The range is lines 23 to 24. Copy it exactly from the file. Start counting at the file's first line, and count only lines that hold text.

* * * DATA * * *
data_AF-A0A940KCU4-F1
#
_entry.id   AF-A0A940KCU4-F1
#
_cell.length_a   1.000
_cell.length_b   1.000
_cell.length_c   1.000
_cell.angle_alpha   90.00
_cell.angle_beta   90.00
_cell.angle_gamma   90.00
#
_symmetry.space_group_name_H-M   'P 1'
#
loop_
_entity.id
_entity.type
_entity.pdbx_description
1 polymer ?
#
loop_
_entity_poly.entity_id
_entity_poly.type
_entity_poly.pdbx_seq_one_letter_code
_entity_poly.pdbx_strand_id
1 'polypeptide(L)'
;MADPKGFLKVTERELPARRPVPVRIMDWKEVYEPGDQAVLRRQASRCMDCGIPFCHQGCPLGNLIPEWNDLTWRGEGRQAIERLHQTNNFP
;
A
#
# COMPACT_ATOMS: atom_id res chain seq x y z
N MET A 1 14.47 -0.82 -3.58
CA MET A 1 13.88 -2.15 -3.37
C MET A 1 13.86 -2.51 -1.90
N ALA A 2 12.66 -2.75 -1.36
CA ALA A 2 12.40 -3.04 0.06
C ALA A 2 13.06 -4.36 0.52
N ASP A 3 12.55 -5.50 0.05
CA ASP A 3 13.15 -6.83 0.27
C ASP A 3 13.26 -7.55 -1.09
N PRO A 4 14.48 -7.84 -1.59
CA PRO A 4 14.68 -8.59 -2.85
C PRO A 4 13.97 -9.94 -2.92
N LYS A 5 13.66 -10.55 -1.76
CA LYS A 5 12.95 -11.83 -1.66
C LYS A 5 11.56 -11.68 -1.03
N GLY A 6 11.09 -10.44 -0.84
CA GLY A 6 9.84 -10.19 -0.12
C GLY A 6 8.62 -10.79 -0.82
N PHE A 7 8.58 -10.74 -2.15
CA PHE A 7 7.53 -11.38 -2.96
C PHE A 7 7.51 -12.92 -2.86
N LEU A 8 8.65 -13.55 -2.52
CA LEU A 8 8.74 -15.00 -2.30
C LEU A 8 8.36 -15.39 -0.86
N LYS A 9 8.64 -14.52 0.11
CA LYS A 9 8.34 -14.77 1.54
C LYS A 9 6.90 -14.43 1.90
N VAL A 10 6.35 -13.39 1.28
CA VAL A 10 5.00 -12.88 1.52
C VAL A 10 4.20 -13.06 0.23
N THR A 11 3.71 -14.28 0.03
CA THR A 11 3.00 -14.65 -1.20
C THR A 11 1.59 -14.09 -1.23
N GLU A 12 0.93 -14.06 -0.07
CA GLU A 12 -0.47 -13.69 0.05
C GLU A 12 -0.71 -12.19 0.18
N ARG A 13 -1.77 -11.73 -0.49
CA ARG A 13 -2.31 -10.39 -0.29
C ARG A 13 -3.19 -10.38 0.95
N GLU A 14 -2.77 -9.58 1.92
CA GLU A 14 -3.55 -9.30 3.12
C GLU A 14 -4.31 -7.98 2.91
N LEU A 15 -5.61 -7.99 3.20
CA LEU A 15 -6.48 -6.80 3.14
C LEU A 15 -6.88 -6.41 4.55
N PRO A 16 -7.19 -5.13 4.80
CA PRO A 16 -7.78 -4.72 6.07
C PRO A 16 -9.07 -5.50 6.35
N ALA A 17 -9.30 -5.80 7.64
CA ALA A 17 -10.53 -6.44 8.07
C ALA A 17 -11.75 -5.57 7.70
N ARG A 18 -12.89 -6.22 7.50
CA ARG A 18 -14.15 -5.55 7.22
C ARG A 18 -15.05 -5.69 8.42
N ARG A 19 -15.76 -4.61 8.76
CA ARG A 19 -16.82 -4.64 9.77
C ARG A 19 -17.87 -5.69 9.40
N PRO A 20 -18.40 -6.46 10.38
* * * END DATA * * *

_entity_poly.pdbx_seq_one_letter_code
_entity_poly.pdbx_strand_id